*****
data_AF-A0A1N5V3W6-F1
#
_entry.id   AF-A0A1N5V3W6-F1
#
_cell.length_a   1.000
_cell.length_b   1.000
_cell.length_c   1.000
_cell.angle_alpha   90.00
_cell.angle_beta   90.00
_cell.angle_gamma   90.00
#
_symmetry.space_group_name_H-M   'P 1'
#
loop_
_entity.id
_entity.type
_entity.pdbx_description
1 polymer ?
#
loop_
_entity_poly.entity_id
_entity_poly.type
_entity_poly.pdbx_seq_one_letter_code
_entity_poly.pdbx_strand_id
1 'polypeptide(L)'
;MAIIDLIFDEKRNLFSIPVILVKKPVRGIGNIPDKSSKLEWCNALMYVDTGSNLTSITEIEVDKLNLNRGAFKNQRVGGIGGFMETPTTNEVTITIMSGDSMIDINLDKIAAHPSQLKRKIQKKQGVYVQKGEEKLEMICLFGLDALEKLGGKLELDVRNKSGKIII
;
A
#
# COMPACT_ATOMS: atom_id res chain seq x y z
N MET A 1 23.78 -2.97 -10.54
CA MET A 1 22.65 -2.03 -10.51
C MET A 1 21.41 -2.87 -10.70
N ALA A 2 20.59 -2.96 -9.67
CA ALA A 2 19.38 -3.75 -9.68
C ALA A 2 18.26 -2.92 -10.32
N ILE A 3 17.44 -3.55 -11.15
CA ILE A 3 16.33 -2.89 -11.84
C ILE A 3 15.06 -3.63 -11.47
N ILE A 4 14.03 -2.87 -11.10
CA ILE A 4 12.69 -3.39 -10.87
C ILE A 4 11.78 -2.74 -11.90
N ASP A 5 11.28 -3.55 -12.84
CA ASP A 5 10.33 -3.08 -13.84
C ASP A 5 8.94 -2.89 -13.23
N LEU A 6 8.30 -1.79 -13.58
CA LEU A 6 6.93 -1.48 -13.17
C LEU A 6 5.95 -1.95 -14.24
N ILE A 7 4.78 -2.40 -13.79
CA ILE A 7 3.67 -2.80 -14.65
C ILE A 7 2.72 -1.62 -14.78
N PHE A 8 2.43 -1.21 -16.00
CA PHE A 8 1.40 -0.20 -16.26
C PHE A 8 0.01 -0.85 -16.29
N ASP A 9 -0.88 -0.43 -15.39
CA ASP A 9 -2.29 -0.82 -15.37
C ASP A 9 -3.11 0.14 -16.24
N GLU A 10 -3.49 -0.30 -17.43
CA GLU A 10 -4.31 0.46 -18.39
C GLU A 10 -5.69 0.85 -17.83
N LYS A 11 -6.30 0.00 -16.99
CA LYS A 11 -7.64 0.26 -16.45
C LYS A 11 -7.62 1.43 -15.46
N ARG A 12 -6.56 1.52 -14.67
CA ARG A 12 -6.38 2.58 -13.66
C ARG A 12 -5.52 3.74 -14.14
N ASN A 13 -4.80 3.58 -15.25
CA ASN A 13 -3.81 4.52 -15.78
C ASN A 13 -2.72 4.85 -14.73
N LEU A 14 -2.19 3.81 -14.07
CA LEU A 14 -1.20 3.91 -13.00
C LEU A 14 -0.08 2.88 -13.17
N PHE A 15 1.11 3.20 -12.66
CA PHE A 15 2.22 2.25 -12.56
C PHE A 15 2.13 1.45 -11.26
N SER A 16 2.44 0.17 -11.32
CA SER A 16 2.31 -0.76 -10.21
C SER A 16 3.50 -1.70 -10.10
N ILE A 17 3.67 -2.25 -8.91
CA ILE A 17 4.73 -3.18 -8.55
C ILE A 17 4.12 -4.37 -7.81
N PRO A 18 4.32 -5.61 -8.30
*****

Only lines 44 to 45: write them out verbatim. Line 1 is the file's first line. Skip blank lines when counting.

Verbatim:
CA ASP A 5 10.33 -3.08 -13.84
C ASP A 5 8.94 -2.89 -13.23